Java - Uses applets to control your pages invented in 1995 and must have a java capable browser. Java is another popular language that perhaps is best left to the pros because it is hard to learn and understand.

That is an overview of the more common languages that you may be considering for your web design language decisions. I listed them in order of relevancy. For example, at the beginning of the list is HTML and XHTML because almost all of you will be using one of these and HTML is pretty much an absolutely necessary component to designing any website. Then I listed CSS because it has become the standard way of styling HTML documents, so while CSS is not absolutely necessary to design a web page, most of you will be using it. I then list PHP and JavaScript. I find that when creating a dynamic website, that if I use a combination of HTML, CSS, PHP and JavaScript, that I can accomplish just about any desired solution and have it be fairly cross-browser combatable. Another important component that needs to be mentioned is the database. Most dynamic websites are going to require a database. My preference is Mysql, but Microsoft's solution, Access, is also a popular database choice.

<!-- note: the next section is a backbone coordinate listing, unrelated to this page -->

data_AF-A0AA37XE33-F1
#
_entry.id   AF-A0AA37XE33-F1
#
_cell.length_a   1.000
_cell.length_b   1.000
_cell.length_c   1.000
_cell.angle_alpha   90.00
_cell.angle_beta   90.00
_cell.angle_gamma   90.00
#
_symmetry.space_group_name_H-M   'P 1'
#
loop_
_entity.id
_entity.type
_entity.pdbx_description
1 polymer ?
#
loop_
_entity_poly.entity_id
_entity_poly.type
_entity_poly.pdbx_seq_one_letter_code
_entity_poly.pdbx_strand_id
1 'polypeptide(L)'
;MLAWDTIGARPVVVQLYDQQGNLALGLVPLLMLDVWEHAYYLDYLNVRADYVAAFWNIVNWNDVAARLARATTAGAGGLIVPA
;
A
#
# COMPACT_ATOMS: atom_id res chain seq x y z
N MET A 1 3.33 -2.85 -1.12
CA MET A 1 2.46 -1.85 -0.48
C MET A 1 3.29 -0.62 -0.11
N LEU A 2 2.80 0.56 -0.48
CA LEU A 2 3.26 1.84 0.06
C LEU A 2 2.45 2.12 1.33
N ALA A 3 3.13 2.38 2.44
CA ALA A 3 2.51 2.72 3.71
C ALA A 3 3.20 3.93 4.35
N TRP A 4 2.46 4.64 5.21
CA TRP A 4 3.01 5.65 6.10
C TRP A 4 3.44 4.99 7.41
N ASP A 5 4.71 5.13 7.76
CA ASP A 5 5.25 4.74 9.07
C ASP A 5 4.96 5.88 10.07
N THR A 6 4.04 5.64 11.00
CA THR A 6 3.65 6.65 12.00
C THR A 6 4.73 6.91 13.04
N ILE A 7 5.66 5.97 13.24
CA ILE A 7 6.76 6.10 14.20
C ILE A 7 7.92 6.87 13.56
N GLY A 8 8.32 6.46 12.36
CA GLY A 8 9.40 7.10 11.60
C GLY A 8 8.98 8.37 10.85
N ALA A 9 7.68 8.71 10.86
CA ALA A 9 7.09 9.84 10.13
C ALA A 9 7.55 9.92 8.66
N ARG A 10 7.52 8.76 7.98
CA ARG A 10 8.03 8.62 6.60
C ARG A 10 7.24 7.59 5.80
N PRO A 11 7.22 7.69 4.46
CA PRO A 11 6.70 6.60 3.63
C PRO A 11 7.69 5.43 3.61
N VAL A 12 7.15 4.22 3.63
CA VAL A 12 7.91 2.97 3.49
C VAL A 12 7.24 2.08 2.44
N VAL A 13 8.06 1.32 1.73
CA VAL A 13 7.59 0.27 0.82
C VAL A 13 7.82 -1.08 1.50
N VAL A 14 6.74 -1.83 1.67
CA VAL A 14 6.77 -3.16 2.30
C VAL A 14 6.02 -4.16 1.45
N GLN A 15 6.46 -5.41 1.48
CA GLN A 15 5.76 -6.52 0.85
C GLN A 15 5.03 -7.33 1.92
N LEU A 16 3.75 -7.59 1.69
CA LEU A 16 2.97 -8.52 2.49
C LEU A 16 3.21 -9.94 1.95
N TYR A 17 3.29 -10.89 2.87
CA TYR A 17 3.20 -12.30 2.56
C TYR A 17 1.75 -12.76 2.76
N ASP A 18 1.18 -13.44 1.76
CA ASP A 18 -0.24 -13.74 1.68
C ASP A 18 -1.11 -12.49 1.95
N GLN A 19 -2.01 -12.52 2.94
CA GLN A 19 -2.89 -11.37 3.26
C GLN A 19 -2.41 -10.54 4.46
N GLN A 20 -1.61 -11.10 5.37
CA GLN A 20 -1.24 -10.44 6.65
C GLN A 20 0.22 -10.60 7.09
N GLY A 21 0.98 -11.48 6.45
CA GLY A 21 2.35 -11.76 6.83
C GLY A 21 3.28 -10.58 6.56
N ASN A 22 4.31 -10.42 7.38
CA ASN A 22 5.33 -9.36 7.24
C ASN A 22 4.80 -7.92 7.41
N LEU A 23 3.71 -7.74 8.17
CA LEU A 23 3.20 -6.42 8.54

In conclusion, the answer to the question, what languages do I need to design a website, depends on the situation at hand. If you need a static website, beginners can easily create a simple website containing both text and images using just HTML. I also recommend CSS for slightly more advanced static pages. For dynamic pages, While there are probably thousands of combinations of web design languages to choose from, my ultimate solution is usually a combination of HTML(or XHTML), CSS, PHP, JavaScript to verify form data and a Mysql database. That should do it. Of course making web design language decisions needs to be based on the situation. When designing a complicated and/or expensive website, these choices should be left up to a professional web designer.